[OPE-L:8650] the anti-war movement

From: gerald_a_levy (gerald_a_levy@msn.com)
Date: Fri Mar 21 2003 - 08:45:51 EST

Rakesh wrote in [8642]:

> By the way, I think the American weekend anti war movement is not
> only politically impotent, it is even for the most part
> ideologically trapped as Perry Anderson has shown.

I found Anderson's pessimistic piece to be quite unconvincing (and
I also note that it was _not_ primarily directed at the anti-war movement
in the US).  Is the anti-war movement "politically impotent"?

No.  Nor is the international anti-war movement of which the movement
in the US is only a part.  What has to be grasped, first and foremost,
isn't  the demands of the anti-war leadership or their political
orientation.  What must be fully comprehended is the _enormity_ of the
anti-war  movement!  How many MILLIONS of people have
demonstrated against the war in the US and internationally?   I can not
give an exact quantitative answer to that question.  Yet,  the quantitative
scale of this movement shows that it has become _qualitatively_ something

And what is that then?  Well, you have many millions of people globally
who have been energized and mobilized into opposition to the war.
And who are these people by and large?   They are, by and large,
workers and students in the advanced capitalist nations and workers,
students, peasants,  and members of the 'informal sector' in many other
parts of the world.  And they are, in large measure, people in a state
of *political flux*, i.e. people without any strong commitment to
political ideology or party.  They are also, relatedly, in very large
measure young people and I see the anti-war movement as potentially
the beginnings  of another world-wide youth radicalization.

What is it that demonstrators learn from being part of the anti-war
movement?  What is learned does not primarily come to them by
virtue of event organizers or speakers.  Let's consider then what _is_

-- millions of demonstrators have seen first-hand the cold hand of
state repression and brutality.  They have seen the riot cops being
used, for example, against their friends and neighbors.  Experiences
like that are far more likely to lead to radicalization than reading
textbooks in a classroom.   It leads many to re-think what the role
of the state is and to further question and challenge authority.

-- they go to these demonstrations and then read the mainstream
media 'reporting' on these events and they also, in the US and UK
especially, see how the mass media is uncritical and pro-war.
This leads millions of people to re-assess how they view the
relationship between the media and the state.

-- they see that the US and UK governments have produced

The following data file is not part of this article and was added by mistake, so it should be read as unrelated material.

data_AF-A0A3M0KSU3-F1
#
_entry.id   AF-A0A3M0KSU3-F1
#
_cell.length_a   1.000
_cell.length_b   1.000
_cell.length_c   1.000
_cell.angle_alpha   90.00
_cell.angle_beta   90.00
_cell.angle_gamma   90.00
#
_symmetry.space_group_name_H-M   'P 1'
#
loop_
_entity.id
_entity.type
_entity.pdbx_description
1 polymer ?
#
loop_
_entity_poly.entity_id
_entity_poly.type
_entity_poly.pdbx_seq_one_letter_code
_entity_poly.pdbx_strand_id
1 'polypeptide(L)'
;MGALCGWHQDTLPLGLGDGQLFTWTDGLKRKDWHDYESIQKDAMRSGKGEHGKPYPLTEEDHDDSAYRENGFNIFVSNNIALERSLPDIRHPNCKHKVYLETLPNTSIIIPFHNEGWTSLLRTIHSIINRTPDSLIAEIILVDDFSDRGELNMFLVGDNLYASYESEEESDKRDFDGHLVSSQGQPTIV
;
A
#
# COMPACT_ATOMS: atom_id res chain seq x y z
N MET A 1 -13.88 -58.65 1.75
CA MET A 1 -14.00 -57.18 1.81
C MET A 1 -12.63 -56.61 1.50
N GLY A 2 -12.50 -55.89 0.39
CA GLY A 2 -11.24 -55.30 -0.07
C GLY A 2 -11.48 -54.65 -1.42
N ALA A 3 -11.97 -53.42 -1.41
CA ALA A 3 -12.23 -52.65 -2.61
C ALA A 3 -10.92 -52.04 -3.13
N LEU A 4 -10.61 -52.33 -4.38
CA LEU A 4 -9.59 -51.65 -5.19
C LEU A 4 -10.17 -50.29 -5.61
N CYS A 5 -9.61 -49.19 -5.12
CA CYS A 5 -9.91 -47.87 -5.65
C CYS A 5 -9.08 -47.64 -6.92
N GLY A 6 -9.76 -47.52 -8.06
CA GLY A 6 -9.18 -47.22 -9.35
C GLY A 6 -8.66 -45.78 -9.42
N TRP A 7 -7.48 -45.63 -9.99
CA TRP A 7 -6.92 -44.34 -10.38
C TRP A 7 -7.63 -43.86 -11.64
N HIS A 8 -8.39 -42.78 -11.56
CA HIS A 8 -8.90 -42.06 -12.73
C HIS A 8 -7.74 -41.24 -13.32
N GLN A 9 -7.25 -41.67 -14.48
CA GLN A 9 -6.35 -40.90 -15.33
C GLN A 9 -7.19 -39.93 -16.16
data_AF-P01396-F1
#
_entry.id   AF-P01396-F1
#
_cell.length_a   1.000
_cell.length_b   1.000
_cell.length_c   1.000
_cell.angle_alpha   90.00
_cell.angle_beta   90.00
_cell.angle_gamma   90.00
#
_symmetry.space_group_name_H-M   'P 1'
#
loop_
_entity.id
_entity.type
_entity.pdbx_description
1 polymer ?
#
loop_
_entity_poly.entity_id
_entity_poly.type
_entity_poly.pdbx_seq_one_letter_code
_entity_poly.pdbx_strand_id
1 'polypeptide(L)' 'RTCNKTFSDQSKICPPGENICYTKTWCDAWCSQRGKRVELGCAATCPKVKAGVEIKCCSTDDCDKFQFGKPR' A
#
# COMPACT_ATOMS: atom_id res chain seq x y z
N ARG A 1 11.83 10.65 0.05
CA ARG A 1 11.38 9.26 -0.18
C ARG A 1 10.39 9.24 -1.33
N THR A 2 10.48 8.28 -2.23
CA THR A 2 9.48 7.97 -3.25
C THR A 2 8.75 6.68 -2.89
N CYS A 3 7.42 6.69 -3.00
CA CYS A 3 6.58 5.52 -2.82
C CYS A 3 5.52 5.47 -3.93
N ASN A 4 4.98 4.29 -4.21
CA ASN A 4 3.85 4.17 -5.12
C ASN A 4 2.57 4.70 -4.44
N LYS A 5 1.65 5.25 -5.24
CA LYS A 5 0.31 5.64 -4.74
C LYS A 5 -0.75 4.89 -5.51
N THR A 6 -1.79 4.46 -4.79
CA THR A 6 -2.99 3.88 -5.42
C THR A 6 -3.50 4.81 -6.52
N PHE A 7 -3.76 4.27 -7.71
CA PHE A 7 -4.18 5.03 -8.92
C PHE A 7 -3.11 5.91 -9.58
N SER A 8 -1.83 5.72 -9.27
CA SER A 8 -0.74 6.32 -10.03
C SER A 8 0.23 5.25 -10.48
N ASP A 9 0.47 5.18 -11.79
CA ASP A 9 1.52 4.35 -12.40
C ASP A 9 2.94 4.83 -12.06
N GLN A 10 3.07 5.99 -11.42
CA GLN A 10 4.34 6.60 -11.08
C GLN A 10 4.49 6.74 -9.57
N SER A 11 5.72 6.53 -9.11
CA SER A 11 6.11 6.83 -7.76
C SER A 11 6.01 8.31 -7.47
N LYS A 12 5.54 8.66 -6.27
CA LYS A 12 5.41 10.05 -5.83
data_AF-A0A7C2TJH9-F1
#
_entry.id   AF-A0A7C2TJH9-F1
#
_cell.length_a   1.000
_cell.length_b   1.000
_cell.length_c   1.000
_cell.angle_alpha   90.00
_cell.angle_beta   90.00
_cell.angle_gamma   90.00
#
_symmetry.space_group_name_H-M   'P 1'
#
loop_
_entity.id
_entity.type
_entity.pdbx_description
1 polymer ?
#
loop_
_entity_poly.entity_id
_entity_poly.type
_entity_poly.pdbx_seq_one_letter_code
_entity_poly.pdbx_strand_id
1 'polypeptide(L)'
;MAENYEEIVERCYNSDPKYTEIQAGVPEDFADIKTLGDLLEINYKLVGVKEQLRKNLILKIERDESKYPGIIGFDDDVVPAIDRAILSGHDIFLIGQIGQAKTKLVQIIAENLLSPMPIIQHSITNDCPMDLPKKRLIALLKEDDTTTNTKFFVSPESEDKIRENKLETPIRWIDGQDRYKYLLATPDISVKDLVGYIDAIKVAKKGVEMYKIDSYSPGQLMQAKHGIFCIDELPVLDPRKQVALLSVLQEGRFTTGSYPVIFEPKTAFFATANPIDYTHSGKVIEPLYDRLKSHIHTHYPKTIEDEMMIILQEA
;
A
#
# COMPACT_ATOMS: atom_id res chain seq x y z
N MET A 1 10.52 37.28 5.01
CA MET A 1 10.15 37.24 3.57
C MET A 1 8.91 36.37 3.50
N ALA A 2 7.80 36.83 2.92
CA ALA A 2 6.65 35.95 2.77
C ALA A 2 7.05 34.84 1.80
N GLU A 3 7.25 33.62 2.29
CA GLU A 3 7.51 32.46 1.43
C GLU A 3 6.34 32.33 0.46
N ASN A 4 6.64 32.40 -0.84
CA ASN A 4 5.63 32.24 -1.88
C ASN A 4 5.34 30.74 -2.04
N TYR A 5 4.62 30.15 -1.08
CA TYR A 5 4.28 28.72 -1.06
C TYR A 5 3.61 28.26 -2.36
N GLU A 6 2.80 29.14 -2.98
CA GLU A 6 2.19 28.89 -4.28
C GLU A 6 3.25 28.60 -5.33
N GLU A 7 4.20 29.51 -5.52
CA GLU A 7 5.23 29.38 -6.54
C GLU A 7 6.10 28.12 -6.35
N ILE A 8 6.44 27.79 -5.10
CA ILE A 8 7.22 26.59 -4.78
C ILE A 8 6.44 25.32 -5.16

fabricated 'evidence'.  How do they interpret this?   They
understand that they have been lied to.  This then leads them
to ask:  what else has the government lied to us about? One
can easily understand how this can, in due course, lead to a
'legitimation crisis'.

-- they learn that there are a number of political-economic
reasons for the war.  E.g. they might learn for the first time
(since in most countries it hasn't been reported in the mainstream
media) about the payment for Iraqi oil with Euros and the dollar
system for other oil-exporting countries.  This leads them to
ask: who will profit from a war?    This question taken a step
further can lead people to question imperialism and capitalism.
They learn how some US-based corporations and the wealthiest
families can be expected to gain from the war.  This makes them
question further.

-- they learn about demonstrations in other countries and in so
doing they come to identify with demonstrators elsewhere.
This leads many away from conceptualizing opposition to
the war in terms of national self-interest and towards
_internationalism_.   They come to see themselves as "citizens
of the world" ("I am a citizen, not of Athens or Greece, but of the
world" -- Socrates).

-- they _see_ for themselves other demonstrators.  They know
that they are not alone.  And they are energized and heartened
by this fact.

Etc. Etc. Etc.

The point that I am trying to make is that one has to comprehend
a social movement like the anti-war movement as a _dynamic_
process.   It is a dynamic that is not controlled by _any_ leadership
or state.  This is not to say that there are not contradictory aspects:
e.g. in some parts of the world, the anti-war movement might be
expected to strengthen Islamic fundamentalist political movements.
But, overall, I think this is an enormously positive and exciting
movement.  Of course, our hearts go out to the Iraqi people who
are being slaughtered.  But, I think that there is enormous positive
potential here.

Am I being too 'optimistic'?

In solidarity, Jerry

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